In my classroom exposure to data mining, the holdout method was introduced as a way of assessing model performance. However, when I took my first class on linear models, this was not introduced as a means of model validation or assessment. My online research also doesn't show any sort of intersection. Why is the holdout method not used in classical statistics?
A more productive question might be "why was it not used in the classical statistics I learned?"
Depending on the level(s) at which it was taught, the course content (and time available) that choice may be due to a combination of various factors. Often important topics are left aside because other material must be taught for one reason or another, with the hope that they might be covered in later subjects.
In some senses at least, the notion has long been used by a variety of people. It was more common in some areas than others. Many uses of statistics don't have prediction or model selection as a major component (or in some cases, even at all), and in that case, the use of holdout samples may be less critical than when prediction is the main point. Arguably, it ought to have gained more widespread use at an earlier stage in some relevant applications than it did, but that's not the same thing as being unknown.
If you look at areas that focus on prediction, the notion of model assessment by predicting data you didn't use to estimate your model was certainly around (though not universal). I was certainly doing it with time series modelling I was doing in the 1980s, for example, where out-of-sample predictive performance of the most recent data was particularly important.
The notion of leaving out at least some data was used in regression (deleted residuals, PRESS, the jacknife, and so on), and in outlier analysis, for example.
Some of these ideas data back a good deal earlier still. Stone (1974) refers to papers on cross-validation (with the word in the title) from the 1950s and 60s. Perhaps even closer to your intent, he mentions Simon (1971)'s use of the terms "construction sample" and "validation sample" -- but also points out that "Larson (1931) employed random division of the sample in an educational multiple-regression study".
Topics like cross validation, and the use of statistics based on prediction and so on, were becoming substantially more frequent in the statistics literature in the 70s and through the 80s, for example, but many of the basic ideas been around for quite some time even then.
: Stone, M., (1974)
"Cross-Validatory Choice and Assessment of Statistical Predictions,"
Journal of the Royal Statistical Society. Series B (Methodological), Vol. 36, No. 2., pp. 111-147
To complement on the answer by Glen_b, classical statistics often had/have emphasis on optimal use of the data, optimal tests, optimal estimators, sufficiency, and so on, and in that theoretical framework it is difficult to justify not using part of the information! Part of that tradition is emphasis on situations with small samples, where hold-out is practically difficult.
Fisher worked, for instance, mainly with genetics and agricultural experimentation, and in those fields small number of observations was the rule. So he was mainly exposed to such problems with small data sets.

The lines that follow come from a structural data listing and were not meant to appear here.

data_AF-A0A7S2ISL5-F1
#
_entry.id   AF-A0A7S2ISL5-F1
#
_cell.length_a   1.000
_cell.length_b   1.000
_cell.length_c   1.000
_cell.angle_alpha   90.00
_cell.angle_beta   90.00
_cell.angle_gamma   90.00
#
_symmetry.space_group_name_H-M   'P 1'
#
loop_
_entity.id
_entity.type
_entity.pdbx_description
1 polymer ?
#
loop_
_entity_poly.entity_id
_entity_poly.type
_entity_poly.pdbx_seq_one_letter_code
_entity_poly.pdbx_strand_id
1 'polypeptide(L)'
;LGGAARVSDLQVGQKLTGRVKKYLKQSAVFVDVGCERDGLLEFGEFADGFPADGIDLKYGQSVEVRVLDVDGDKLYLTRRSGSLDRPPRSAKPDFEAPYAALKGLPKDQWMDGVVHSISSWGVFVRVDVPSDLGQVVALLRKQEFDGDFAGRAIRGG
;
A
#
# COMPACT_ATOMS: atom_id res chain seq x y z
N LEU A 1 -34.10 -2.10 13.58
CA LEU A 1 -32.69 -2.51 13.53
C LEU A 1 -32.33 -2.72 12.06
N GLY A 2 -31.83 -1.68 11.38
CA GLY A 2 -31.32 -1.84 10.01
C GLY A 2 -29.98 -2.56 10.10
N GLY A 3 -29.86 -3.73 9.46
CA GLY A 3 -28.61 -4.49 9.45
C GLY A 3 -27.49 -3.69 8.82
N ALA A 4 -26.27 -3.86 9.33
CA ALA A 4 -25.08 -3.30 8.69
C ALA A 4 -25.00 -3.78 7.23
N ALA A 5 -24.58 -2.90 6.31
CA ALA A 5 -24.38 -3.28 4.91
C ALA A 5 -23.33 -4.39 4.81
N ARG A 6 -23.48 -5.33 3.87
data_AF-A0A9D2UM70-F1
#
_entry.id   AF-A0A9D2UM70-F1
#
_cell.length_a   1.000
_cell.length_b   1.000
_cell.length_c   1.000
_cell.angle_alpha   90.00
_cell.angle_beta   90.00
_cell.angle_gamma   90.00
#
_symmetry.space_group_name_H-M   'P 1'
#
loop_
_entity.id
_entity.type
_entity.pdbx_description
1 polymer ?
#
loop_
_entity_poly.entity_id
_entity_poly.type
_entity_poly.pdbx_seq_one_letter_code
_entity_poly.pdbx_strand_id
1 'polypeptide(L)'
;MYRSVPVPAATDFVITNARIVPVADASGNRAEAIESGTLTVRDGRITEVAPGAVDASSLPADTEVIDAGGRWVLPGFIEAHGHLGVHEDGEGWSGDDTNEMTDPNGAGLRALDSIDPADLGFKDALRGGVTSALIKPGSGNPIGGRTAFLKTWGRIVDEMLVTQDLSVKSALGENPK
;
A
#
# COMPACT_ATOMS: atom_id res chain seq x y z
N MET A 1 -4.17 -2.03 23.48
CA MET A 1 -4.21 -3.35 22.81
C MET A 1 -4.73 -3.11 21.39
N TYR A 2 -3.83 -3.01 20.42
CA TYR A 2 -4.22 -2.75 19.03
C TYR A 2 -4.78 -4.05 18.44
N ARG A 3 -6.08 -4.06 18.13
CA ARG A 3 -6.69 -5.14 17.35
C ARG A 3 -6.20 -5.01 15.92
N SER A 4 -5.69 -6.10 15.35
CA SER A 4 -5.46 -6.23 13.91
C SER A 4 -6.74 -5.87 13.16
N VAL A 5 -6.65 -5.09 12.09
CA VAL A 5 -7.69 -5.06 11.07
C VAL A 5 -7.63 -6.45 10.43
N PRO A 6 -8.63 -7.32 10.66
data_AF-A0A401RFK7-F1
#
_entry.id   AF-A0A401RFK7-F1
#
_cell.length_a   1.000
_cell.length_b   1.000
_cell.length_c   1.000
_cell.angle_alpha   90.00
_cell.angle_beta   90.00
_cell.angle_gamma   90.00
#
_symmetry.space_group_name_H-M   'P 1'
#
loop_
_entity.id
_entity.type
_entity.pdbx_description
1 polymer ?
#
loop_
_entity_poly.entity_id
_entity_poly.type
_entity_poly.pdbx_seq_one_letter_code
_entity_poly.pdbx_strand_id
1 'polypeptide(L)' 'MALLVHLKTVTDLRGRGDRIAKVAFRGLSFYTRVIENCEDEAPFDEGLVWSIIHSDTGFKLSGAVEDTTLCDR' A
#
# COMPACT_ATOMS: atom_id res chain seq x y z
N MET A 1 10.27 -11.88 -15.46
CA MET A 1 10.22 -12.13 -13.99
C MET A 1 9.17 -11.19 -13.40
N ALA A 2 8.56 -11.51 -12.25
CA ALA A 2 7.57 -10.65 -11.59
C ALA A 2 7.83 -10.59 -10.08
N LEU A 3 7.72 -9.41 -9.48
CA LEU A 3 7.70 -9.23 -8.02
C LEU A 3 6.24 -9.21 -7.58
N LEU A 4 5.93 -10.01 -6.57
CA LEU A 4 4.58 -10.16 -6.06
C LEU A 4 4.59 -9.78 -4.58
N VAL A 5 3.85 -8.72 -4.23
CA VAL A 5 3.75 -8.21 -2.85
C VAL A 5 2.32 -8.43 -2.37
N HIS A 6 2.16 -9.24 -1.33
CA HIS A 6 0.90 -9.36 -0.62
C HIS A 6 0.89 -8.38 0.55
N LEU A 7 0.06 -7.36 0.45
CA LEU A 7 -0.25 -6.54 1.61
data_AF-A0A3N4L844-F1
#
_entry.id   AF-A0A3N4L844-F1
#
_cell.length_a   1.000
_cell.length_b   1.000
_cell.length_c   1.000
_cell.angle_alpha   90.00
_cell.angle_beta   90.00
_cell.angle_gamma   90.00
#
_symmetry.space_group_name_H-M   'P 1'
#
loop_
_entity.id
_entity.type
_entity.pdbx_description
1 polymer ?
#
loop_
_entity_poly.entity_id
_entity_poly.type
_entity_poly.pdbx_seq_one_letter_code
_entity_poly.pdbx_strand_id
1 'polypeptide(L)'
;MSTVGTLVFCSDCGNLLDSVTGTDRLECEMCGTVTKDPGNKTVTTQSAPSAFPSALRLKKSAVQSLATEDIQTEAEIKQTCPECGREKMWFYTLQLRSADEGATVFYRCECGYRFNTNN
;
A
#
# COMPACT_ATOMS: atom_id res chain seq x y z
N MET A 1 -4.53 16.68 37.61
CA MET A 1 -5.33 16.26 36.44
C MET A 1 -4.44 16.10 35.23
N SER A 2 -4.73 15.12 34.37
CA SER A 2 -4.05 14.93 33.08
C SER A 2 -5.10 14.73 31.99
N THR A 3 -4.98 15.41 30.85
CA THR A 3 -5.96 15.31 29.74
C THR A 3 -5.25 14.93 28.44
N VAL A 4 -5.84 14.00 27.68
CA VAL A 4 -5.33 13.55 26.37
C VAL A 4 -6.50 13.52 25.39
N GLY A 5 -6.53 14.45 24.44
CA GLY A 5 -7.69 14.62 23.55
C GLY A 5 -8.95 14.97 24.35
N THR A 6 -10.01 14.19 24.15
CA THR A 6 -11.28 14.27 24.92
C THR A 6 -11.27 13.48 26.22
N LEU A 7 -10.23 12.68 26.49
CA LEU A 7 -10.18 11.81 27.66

I'll answer from an applied field that is maybe in between classical statistics and machine learning: chemometrics, i.e. statistics for chemical analyses. I'll add two different scenarios where hold-out is not as important as it is in typical machine learning classes.
I think one crucial point here is to realize that there is a fundamental difference in what is small sample size for training vs. testing:
- For training, typically the ratio of number of cases : model complexity (number of parameters) matters (degrees of freedom)
- For testing, the absolute number of test cases matters.
(The quality of the testing procedure must be independent of the model: that is treated as a black box by validation with independent test cases)
The second point I'm going to need for my argumentation is that the situation where independent test cases are crucial is overfitting. If the model is not complex enough (bias $\gg$ variance, so underfitting), residuals can tell you as much about total prediction error as independent cases.
Now, statistics lectures on "classical" linear models often emphasise univariate models very much. For a univariate linear model, the training sample size is likely not small: training sample sizes are typically judged in comparison to model complexity, and the linear model has just two parameters, offset and slope. In analytical chemistry, we actually have a norm that states you should have at least 10 calibration samples for your univariate linear calibration. This ensures a situation where model instability is reliably not an issue, so hold-out is not needed.
However, in machine learning, as well as with modern multi-channel detectors in chemical analysis (sometimes 10⁴ "channels" e.g. in mass spectrometry), model stability (i.e. variance) is an important issue. Thus, hold-out or better resampling is needed.
A completely different situation is that hold-out may be skipped in favor of a combination of an easier (residuals) plus a more sophisticated performance measurement. Note that hold-out in the sense of (randomly) setting aside part of a data set and excluding this from training is not equivalent to what independent testing can achieve. In analytical chemistry, dedicated validation experiments may be conducted that will include e.g. measuring the performance degradation over time (instrument drift) which cannot be measured by hold-out and establishing e.g. the performance of the sensor in the actual industrial environment (whereas the sensor calibration was done in the lab on calibration samples). See also https://stats.stackexchange.com/a/104750/4598 for more details on independent testing vs. hold-out.